Ah, do you feel that? The trade wins are a blowin’. Fresh off a rehab start cut short by rain, Cliff Lee‘s name has begun to pop up in hypothetical trade scenarios. Lee’s value is clouded by all sorts of variables: is his elbow OK? How much money will the Phillies eat? He has been traded as an elite starting pitcher three times and all three returns were horrendous, what gives?
Ok, the last statement isn’t as much a variable as it is a matter of fact. Let’s acknowledge the elephants in the room: in hindsight, and even at the times of the trades, Lee was traded three times for below-average talent. The Phillies acquired Lee for what amounted to a reserve infielder, a fourth starter, a back-up catcher, and a fireballing starter that missed a few years of professional baseball and just returned to pro ball this year. Then, the Phils dealt Lee to Seattle for what amounted to a control-challenged reliever, a really bad reliever, and an outfielder whose on the field and off the field issues were just too much to handle. Finally, Seattle dealt Lee to Texas for what amounted to a below-average first baseman, a fifth starter, and someone I would prefer not to acknowledge based on his transgressions.
Lee commanded those hauls at a time when his value was much higher: in 2009, Lee was coming off a Cy Young win and then was traded twice after winning four postseason games for the Phillies, including a complete game in Game 1 of the World Series. Lee was a much younger man, traded twice at 30, once at 31, and had no (recent) arm issues. Oh, and he was a lot cheaper. A lot, lot cheaper. The Phillies got Lee for a pro-rated $6 million and then dealt Lee while he was making only $9 million. Lee is now 35 and makes $25 million per year through 2015 with a $27.5 million dollar vesting option/$12.5 buyout in 2016. Yikes.
When doing a historical comparison for trading Burnett yesterday, I was able to find some deals to compare a hypothetical to and the results weren’t pretty. At least I found them – a trade of a pitcher of Lee’s caliber at Lee’s price tag at Lee’s age would be borderline unprecedented. The closest historical result I could find was the Dodgers trading a 39-year old Kevin Brown to the Yankees in December 2003. At the time of the trade, Brown had two years at $15+ million left on his deal. At the time, it was the seventh-largest per-year salary in the NL; Lee currently has the second largest. Brown had had some injury concerns in 2002 but bounced back and became an unexpected All-Star in 2003.
Brown was dealt from the Dodgers to the Yankees for Brandon Weeden, yes, the professional quarterback was a solid A-ball pitcher and former second round pick, along with 28-year old reclamation project Yhency Brazoban, who would not reach the Major Leagues with the Yankees, and former top pitching prospect Jeff Weaver, who at age 26, was about to be bumped up to a $6+ million deal in arbitration. In the end, the Dodgers essentially cleared $9 million in payroll for 2004 and a virtual $6 million in 2005 due to Weaver’s arbitration raises. They received a well-regarded but underperforming young starter who was rapidly getting more expensive, a lottery ticket arm that did not pan out, and a reliever that never pitched for them.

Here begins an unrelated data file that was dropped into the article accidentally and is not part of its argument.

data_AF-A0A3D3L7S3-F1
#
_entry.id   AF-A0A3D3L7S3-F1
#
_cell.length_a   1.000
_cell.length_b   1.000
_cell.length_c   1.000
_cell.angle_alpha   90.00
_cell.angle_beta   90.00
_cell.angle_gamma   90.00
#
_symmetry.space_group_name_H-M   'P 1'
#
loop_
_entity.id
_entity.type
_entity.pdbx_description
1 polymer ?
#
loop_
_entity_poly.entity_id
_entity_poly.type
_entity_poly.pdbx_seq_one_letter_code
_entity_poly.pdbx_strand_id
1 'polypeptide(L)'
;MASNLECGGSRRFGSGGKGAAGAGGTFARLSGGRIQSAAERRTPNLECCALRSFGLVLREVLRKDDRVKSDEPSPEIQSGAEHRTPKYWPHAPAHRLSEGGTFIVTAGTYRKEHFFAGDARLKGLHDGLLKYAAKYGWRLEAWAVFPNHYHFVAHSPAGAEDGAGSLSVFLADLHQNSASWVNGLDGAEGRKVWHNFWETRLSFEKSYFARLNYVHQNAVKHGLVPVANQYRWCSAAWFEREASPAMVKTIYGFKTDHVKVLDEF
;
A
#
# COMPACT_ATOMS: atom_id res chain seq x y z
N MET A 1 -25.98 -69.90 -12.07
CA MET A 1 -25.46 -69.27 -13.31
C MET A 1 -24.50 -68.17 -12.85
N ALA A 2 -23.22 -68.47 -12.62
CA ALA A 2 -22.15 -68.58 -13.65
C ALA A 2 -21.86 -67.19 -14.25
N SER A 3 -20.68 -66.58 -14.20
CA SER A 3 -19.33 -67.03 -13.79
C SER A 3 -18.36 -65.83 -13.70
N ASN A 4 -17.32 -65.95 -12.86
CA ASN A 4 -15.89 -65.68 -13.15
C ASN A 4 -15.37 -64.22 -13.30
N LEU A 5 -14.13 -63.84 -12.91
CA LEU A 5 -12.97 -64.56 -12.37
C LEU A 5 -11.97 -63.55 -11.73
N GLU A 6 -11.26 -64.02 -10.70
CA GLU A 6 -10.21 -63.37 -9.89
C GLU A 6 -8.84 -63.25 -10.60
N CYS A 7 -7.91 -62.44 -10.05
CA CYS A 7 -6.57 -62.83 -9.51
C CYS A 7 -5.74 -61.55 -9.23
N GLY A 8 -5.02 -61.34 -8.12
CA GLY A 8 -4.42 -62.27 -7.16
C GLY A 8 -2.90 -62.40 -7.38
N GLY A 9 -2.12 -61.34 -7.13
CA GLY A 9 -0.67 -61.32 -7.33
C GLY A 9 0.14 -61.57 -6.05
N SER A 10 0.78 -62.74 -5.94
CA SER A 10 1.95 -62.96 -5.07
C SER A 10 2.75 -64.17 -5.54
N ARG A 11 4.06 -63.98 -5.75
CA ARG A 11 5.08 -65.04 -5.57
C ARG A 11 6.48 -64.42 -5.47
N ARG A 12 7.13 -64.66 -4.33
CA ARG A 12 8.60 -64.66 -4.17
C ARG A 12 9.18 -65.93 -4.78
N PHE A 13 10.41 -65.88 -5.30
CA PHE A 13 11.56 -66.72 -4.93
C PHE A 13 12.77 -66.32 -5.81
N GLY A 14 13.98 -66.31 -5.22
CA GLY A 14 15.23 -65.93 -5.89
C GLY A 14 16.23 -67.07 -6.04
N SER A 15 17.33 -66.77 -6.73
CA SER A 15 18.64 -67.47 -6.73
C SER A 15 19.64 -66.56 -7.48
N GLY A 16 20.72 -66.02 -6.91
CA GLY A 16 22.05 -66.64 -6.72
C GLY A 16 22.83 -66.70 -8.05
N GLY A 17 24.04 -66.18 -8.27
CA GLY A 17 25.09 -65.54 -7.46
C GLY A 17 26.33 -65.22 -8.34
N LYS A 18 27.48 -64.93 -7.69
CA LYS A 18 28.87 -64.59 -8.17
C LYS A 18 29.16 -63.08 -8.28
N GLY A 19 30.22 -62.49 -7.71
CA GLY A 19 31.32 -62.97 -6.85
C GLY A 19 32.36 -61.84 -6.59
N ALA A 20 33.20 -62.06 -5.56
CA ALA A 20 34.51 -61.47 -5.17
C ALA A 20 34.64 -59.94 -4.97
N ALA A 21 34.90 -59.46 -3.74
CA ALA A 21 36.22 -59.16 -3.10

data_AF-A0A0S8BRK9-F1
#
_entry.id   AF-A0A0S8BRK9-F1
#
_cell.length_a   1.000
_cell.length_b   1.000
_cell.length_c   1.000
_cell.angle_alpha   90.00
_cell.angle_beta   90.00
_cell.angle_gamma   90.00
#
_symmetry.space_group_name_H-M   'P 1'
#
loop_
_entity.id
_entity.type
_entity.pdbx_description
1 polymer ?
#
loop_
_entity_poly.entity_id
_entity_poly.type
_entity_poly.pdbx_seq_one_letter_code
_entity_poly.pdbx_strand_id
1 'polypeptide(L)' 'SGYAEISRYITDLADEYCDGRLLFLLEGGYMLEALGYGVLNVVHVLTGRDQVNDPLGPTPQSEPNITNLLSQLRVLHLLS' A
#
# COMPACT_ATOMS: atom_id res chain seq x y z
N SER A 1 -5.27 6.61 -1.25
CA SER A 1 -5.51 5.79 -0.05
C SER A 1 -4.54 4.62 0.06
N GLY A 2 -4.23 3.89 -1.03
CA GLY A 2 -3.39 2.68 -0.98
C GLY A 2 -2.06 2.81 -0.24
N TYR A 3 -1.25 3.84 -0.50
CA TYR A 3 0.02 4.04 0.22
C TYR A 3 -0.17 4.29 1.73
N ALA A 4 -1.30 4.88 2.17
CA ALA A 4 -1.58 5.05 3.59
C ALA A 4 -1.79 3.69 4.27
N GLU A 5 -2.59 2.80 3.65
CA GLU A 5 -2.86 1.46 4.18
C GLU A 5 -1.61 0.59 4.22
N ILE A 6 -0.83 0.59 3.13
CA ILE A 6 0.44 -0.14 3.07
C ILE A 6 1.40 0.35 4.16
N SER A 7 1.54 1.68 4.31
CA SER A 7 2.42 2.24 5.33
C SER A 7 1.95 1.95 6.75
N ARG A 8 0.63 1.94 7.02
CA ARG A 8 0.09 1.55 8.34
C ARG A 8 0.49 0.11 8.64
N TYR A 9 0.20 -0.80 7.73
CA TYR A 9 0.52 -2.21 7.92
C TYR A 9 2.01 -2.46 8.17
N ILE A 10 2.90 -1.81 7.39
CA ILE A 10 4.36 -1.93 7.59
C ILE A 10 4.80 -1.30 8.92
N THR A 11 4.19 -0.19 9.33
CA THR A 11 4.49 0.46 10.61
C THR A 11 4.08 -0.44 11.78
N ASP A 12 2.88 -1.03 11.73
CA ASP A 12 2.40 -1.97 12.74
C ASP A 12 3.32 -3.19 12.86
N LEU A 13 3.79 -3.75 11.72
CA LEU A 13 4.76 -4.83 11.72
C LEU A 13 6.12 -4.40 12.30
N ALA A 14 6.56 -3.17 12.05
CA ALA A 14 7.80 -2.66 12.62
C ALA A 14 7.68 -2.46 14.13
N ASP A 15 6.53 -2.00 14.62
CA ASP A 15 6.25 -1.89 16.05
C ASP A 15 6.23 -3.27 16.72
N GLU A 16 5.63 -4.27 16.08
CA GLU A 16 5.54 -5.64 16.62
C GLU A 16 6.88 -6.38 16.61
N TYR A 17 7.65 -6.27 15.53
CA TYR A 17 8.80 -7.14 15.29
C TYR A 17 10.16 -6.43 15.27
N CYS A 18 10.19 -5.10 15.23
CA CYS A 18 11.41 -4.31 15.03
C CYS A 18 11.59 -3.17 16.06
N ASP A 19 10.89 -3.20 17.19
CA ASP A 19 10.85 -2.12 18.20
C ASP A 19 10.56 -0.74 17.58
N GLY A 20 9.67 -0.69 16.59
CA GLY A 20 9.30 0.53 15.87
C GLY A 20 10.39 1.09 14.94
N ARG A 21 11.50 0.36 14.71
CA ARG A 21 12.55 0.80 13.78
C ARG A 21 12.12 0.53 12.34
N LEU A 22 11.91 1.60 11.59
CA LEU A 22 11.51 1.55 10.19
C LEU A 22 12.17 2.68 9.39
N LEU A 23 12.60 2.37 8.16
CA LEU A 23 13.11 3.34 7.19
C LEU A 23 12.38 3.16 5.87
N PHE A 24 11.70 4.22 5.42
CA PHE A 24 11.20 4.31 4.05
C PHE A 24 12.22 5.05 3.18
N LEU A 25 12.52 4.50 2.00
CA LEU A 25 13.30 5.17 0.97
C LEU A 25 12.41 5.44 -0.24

The only other close comparison is the November 2003 deal that sent Curt Schilling to the Red Sox for Casey Fossum, Brandon Lyon, and Jorge De La Rosa but even this trade is much different. Sure, Schilling is one of Lee’s top comparables through age 35 according to Baseball Reference but Schilling was making 33% less than Brown at a time when a $5 million difference was a lot and was certainly more durable. Fossum was already a fifth starter at age 26 when traded while Lyon showed some promise to be a closer of the future at a time when closers were overpriced. De La Rosa was traded two days later to Milwaukee where he became a fourth starter.
There have other comparable players traded, like when Mike Flanagan, a similar late bloomer to Lee, was dealt in 1987 for Jose Mesa but the similarities end at the player. Flanagan was making only $625 K, a fair salary but not among the Majors’ most expensive, when he was dealt for the then-starter Jose Mesa. Mesa showed exceptional promise in the minors but a large reason the Orioles netted Mesa in return was because Flanagan was affordable. Similarly, John Candelaria, at age 35 and of similar ilk to Lee in his career to that point, was dealt in 1989 for Mike Blowers in a pretty fair trade but the Candy Man was only making $800 K for 1989 and on a one-year pact. The next year, Candelaria was dealt again at an even more affordable $500 K and netted the Twins Nelson Liriano and Pedro Munoz who both became steady ballplayers.
Unfortunately for the Phillies, there are no historical comparisons that quite line up to what they have with Lee on their hands and Lee has already been dealt three times without landing any sort of huge return. All three teams went for quantity over quality at times when each team had better options available. Historically, no player of Lee’s cost, age, and injury history has been dealt but there have been instances where it has been close.
If I had to guess a hypothetical return for the Phillies, I would bet the Phillies would take on a bad contract in return plus they’d have to eat a large part of Lee’s contract. After that step was complete, they would likely have to settle for an A-ball, non-top 100 arm and some sort of fringe team top-10 prospect from their trade partner’s system. In a lot of ways, think of the return for Hunter Pence except amplify the money heading with Lee and think someone less well regarded than Tommy Joseph. At that point, is a trade even worth it?